Date of Award


Document Type


Degree Name

Doctor of Philosophy (PhD)

Legacy Department

Chemical Engineering

Committee Member

Dr. Amod A. Ogale, Committee Chair

Committee Member

Dr. Douglas Hirt

Committee Member

Dr. Christopher Kitchens

Committee Member

Dr. Rajendra Kumar Bordia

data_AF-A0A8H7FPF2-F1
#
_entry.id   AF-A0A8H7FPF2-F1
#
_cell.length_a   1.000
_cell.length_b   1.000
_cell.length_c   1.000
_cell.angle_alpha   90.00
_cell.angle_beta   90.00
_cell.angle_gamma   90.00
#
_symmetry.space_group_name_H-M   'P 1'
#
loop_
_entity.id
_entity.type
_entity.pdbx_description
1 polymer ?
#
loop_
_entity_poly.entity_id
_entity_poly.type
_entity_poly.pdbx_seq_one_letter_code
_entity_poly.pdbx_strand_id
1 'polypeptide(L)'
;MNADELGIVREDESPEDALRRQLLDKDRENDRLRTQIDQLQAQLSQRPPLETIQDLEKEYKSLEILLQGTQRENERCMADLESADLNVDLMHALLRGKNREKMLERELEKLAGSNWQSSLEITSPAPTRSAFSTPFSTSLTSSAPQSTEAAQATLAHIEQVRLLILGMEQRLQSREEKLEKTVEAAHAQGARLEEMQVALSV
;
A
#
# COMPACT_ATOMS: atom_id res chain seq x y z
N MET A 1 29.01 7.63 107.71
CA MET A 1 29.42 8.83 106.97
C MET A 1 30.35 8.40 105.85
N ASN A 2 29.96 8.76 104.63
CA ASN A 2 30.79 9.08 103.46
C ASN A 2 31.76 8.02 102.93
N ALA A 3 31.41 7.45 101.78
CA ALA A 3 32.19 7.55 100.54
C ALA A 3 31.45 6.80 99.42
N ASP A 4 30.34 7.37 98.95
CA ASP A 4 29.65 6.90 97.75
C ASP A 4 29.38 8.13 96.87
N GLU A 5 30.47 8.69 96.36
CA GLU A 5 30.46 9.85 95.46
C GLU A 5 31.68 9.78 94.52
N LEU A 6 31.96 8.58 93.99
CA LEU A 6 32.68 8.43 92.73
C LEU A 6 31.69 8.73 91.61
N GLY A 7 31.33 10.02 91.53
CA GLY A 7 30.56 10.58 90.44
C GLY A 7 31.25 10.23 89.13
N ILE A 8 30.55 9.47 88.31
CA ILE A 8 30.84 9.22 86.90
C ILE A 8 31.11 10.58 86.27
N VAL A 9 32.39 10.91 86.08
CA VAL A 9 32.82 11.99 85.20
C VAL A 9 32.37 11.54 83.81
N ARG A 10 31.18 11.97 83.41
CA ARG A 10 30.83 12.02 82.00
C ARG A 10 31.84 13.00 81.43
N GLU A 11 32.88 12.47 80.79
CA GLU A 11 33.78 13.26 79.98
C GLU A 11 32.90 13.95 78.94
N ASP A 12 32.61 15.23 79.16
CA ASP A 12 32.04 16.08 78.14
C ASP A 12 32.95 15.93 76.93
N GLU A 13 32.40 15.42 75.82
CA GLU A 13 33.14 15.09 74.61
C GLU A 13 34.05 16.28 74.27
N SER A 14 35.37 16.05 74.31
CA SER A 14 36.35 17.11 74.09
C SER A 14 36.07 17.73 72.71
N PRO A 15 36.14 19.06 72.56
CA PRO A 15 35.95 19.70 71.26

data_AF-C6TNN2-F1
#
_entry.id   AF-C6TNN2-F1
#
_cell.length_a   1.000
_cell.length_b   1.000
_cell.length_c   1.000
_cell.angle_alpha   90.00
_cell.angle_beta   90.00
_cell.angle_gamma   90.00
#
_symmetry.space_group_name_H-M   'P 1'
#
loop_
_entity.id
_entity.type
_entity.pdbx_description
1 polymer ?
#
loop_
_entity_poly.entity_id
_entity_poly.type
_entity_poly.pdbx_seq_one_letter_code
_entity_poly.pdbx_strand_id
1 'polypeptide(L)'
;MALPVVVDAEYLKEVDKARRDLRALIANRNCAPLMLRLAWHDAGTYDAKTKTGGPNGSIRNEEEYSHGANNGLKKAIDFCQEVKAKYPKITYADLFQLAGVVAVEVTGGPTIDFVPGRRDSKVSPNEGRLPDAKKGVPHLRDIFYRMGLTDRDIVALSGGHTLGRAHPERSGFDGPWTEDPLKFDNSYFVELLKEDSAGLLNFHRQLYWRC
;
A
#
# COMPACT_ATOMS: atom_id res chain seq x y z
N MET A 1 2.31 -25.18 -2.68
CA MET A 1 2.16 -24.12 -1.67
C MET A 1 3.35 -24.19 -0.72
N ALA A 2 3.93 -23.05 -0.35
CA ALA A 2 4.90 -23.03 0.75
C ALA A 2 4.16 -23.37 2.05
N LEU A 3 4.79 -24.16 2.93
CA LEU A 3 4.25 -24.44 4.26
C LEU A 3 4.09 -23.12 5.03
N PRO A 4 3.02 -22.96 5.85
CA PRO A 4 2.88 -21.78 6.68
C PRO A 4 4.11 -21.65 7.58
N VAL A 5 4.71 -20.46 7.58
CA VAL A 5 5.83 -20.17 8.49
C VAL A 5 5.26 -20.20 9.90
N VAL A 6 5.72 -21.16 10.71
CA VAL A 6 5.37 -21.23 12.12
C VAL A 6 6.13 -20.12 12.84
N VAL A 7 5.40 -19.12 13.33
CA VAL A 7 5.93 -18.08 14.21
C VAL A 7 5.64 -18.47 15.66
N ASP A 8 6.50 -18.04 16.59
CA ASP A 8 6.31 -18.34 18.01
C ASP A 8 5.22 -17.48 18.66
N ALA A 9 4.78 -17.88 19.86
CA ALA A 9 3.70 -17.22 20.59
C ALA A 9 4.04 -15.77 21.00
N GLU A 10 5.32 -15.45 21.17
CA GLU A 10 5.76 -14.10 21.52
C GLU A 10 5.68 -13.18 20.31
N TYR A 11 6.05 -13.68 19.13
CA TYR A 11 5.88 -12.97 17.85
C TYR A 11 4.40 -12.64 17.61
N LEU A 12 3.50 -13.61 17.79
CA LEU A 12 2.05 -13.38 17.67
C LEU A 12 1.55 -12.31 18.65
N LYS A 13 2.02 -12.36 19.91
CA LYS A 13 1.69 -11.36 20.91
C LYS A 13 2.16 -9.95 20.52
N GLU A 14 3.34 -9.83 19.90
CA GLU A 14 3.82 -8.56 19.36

Cost and environmental concerns arise from the manufacture of carbon fibersusing petroleum-based precursors such as polyacrylonitrile (PAN). Toxic by-productssuch as hydrogen cyanide (HCN) are generated during stabilization and carbonization ofPAN-based carbon fibers. These concerns have promoted increasing interest in biomass-based carbon fibers. As the second most abundant biomass material on the earth, lignin isbeing investigated as a potential carbon fiber precursor. Therefore, this research wasfocused on converting lignin materials into carbon fibers with enhanced performanceproperties. Since the 1960s, various types of lignin have been investigated as carbon fiber precursors. Hardwood kraft lignin and organosolv lignin could be converted into carbon fibers without chemical modification, whereas softwood kraft lignin was very difficult to convert without suitable modification or plasticization. Strength of most of the carbon fibers produced from the above lignin precursors were below 800 MPa, which is much lower than that of commercial carbon fibers derived from PAN precursors. Thus, the overall goal of this study was to produce lignin-based carbon fibers with enhanced mechanical properties by a scalable process. The specific objectives were to: (i) identify different types of lignin precursors for their potential of being carbon fiber precursors; (ii) study the modified lignin-acetone solutions to establish a range of suitable combinations of solution concentrations and spinning temperatures; (iii) establish thermal stabilization and carbonization conditions for lignin-based precursor fibers to enhance the performance of resulting carbon fibers; and (iv) to develop a UV/thermal dual stabilization route to increase the speed of stabilization. The lignin precursors investigated in this study included an organosolv lignin, a soda lignin, and a softwood kraft lignin. The organosolv lignin was successfully melt-spun into fibers without any modification of the precursor material. However, it took more than 200 hours for the thermo-oxidative stabilization step. The infusible soda lignin was chemically modified by acetylation into a fusible material, but it could not be cross-linked. The softwood kraft lignin was modified by a similar acetylation reaction and fractionation method, and the resulting material could be melt-spun into fibers, as the melt possessed significant thermal stability. The large extent of acetylation of hydroxyl groups that led to thermal stability also hindered the thermo-oxidative stabilization. Consequently, the melt-spinning approach was abandoned. Instead, to preserve more hydroxyl groups within the precursor material, the acetic anhydride amount used in acetylation of the softwood kraft lignin was reduced from 15 to 0.66 ml per gram lignin. As indicated by FTIR spectroscopy, the hydroxyl peak was significantly increased. In addition, the weight gain of lignin after reaction was reduced from 18% to 5%, indicating a partial acetylation of the hydroxyl groups in softwood kraft lignin. The resulting acetylated softwood kraft (Ace-SKL) lignin could be dry-spun using acetone as solvent, and the fibers could be thermo-oxidatively stabilized. The rheology of Ace-SKL/acetone solutions prepared with different solid contents was investigated for the purpose of dry-spinning into precursor fibers. The solution viscosity was investigated at high shear rates encountered during fiber spinning. The solutions displayed a significant shear-thinning behavior at various temperatures studied with power-law exponents ranging from 0.33 to 0.82, confirming the macromolecular nature of the Ace-SKL lignin/acetone solutions. As expected, elevated temperatures led to lower viscosities and facilitated extrusion at moderate pressures. Dry-spinning was performed over a range of concentrations (1.85 to 2.15 g/ml acetone) and appropriate temperatures (25-50°C). It was observed that all of the resulting dry-spun lignin fibers displayed a crenulated surface pattern, with increased crenulation achieved for fibers spun at higher temperatures. Presence of some doubly-convex and sharp crevices was found on fibers produced from solutions containing lower concentrations (1.85 and 2.00 g lignin/mL solvent). In contrast, no crevices were found on the fibers obtained from the concentrated solution (2.15 g/mL), likely due to the reduced extent of solvent out-diffusion. Dry-spinning at room temperature was also performed to obtained fibers with relatively smooth surface, but the pressure drop was excessive. The results above have established temperature/concentration combinations for dry-spinning of Ace-SKL. About 30% larger surface area could be achieved in the crenulated lignin fibers (as compared with equivalent circular fibers), indicating the potential advantage of such biomass-derived fibers in providing larger fiber/matrix bonding area when used in composites. During thermo-oxidative stabilization, tension of about 2000-2500 g/(g/cm) was applied on fiber tows that led up to 800% extension. In the carbonization step, tension was also applied using a customized graphite rack and tungsten weights, and stabilized Ace-SKL fibers were successfully carbonized at 1000°C. It was found that the load needed to be above 20150 g/(g/cm) to prevent shrinkage of fiber tows. Both tensile strength and modulus were measured as a function of extension during carbonization (EDC). As expected, Ace-SKL carbon fibers with larger EDC had better mechanical properties due to preserved molecular orientation. Carbon fibers derived from lignin precursor fibers obtained from 2.15 g/ml Ace-SKL solution (6 μm diameter) displayed a tensile modulus, strength, and strain-to-failure values of 52 ± 2 GPa, 1050 ± 70 GPa, and 2.0 ± 0.2%, respectively. These values are amongst the best reported for lignin-based carbon fibers. In contrast, the carbon fibers spun from 2.00 g/ml solution with sharp crevices displayed a reduced tensile strength of 790 ± 80 MPa due to occlusion-type defects formed by sharp crevices during spinning. The Ace-SKL carbon fibers displayed low crystallinity as investigated by Wide Angle X-ray Diffraction (WAXD) and Raman spectroscopy. The crenulated surface from dry-spinning was preserved, which can provide a larger specific interfacial area for enhanced fiber/matrix bonding in composite applications. Above results elucidate the importance of precursor composition and processing conditions on microstructure and properties of resulting precursor and carbon fibers. A limitation of the partially acetylated lignin (i.e., with a fraction of hydroxyl moieties converted to acetyl groups) is the slow heating rate during thermal stabilization, which required up to 40 hours due to the slow heating rate needed to prevent the fibers from becoming tacky and sticking to each other. Therefore, a rapid strategy of dual UV-thermoxidative stabilization was developed. The fibers undergo UV-induced reaction close to the surface in a short duration (15 min) such that they can be subsequently stabilized at a rapid heating rate without fibers fusing together. The glass transition temperature of UV irradiated fibers was about 15°C higher than that of fibers without UV treatment. This strategy reduces the total stabilization time significantly from 40 to 4 hour. Stabilized fibers were successfully carbonized at 1000°C and resulting carbon fibers displayed a tensile strength of 900 ± 100 MPa, which is amongst the highest reported for carbon fibers derived from rapidly stabilized lignin precursors. In summary, the results from this study established a route for dry-spinning of partially acetylated softwood kraft lignin into precursor fibers and successful stabilization and carbonization. This precursor could be dissolved in acetone for dry-spinning. The lignin/acetone solutions were investigated to establish suitable concentration/temperature combinations for dry-spinning. The dry-spun precursor fibers were thermally treated under tension to convert into a carbon fiber with tensile strength of more than 1 GPa. Those carbon fibers possessed crenulated surface which could provide larger fiber/matrix interfacial bonding area for composite applications. Furthermore, UV/thermal dual stabilization was developed to reduce the time duration of stabilization.